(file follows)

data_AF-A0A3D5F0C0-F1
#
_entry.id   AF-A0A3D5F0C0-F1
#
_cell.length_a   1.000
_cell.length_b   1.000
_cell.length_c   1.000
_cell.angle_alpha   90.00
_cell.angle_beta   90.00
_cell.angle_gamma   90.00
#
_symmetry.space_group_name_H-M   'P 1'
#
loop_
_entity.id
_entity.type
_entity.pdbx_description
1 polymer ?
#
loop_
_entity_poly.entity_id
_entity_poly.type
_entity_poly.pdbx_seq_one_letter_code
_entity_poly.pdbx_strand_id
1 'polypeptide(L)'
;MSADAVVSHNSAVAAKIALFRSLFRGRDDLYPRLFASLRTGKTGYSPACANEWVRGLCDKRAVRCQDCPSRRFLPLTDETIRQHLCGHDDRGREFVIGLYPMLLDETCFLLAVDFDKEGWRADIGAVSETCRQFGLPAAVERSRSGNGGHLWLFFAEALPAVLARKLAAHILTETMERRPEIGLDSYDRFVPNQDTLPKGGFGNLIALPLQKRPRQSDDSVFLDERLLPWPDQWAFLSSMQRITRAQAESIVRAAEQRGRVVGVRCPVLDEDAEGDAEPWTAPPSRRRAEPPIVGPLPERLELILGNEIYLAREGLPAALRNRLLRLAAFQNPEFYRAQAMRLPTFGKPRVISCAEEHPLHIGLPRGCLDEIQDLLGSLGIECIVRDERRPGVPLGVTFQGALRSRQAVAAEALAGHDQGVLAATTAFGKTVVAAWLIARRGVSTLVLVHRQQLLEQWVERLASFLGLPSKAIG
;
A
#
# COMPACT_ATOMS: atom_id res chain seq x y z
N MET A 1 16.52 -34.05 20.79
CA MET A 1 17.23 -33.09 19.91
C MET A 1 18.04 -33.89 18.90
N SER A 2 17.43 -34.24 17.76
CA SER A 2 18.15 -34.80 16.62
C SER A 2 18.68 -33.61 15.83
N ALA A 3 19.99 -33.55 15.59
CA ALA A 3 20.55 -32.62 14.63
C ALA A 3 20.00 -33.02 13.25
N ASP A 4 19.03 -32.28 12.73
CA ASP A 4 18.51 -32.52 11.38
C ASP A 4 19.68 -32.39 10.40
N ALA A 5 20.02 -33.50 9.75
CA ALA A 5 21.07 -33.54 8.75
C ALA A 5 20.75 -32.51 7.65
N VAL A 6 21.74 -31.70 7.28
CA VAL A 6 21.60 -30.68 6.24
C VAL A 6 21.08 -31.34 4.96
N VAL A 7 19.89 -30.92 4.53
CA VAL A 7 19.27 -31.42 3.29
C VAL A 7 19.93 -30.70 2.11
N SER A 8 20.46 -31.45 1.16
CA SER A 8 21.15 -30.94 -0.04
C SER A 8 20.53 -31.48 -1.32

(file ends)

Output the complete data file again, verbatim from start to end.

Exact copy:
data_AF-A0A3D5F0C0-F1
#
_entry.id   AF-A0A3D5F0C0-F1
#
_cell.length_a   1.000
_cell.length_b   1.000
_cell.length_c   1.000
_cell.angle_alpha   90.00
_cell.angle_beta   90.00
_cell.angle_gamma   90.00
#
_symmetry.space_group_name_H-M   'P 1'
#
loop_
_entity.id
_entity.type
_entity.pdbx_description
1 polymer ?
#
loop_
_entity_poly.entity_id
_entity_poly.type
_entity_poly.pdbx_seq_one_letter_code
_entity_poly.pdbx_strand_id
1 'polypeptide(L)'
;MSADAVVSHNSAVAAKIALFRSLFRGRDDLYPRLFASLRTGKTGYSPACANEWVRGLCDKRAVRCQDCPSRRFLPLTDETIRQHLCGHDDRGREFVIGLYPMLLDETCFLLAVDFDKEGWRADIGAVSETCRQFGLPAAVERSRSGNGGHLWLFFAEALPAVLARKLAAHILTETMERRPEIGLDSYDRFVPNQDTLPKGGFGNLIALPLQKRPRQSDDSVFLDERLLPWPDQWAFLSSMQRITRAQAESIVRAAEQRGRVVGVRCPVLDEDAEGDAEPWTAPPSRRRAEPPIVGPLPERLELILGNEIYLAREGLPAALRNRLLRLAAFQNPEFYRAQAMRLPTFGKPRVISCAEEHPLHIGLPRGCLDEIQDLLGSLGIECIVRDERRPGVPLGVTFQGALRSRQAVAAEALAGHDQGVLAATTAFGKTVVAAWLIARRGVSTLVLVHRQQLLEQWVERLASFLGLPSKAIG
;
A
#
# COMPACT_ATOMS: atom_id res chain seq x y z
N MET A 1 16.52 -34.05 20.79
CA MET A 1 17.23 -33.09 19.91
C MET A 1 18.04 -33.89 18.90
N SER A 2 17.43 -34.24 17.76
CA SER A 2 18.15 -34.80 16.62
C SER A 2 18.68 -33.61 15.83
N ALA A 3 19.99 -33.55 15.59
CA ALA A 3 20.55 -32.62 14.63
C ALA A 3 20.00 -33.02 13.25
N ASP A 4 19.03 -32.28 12.73
CA ASP A 4 18.51 -32.52 11.38
C ASP A 4 19.68 -32.39 10.40
N ALA A 5 20.02 -33.50 9.75
CA ALA A 5 21.07 -33.54 8.75
C ALA A 5 20.75 -32.51 7.65
N VAL A 6 21.74 -31.70 7.28
CA VAL A 6 21.60 -30.68 6.24
C VAL A 6 21.08 -31.34 4.96
N VAL A 7 19.89 -30.92 4.53
CA VAL A 7 19.27 -31.42 3.29
C VAL A 7 19.93 -30.70 2.11
N SER A 8 20.46 -31.45 1.16
CA SER A 8 21.15 -30.94 -0.04
C SER A 8 20.53 -31.48 -1.32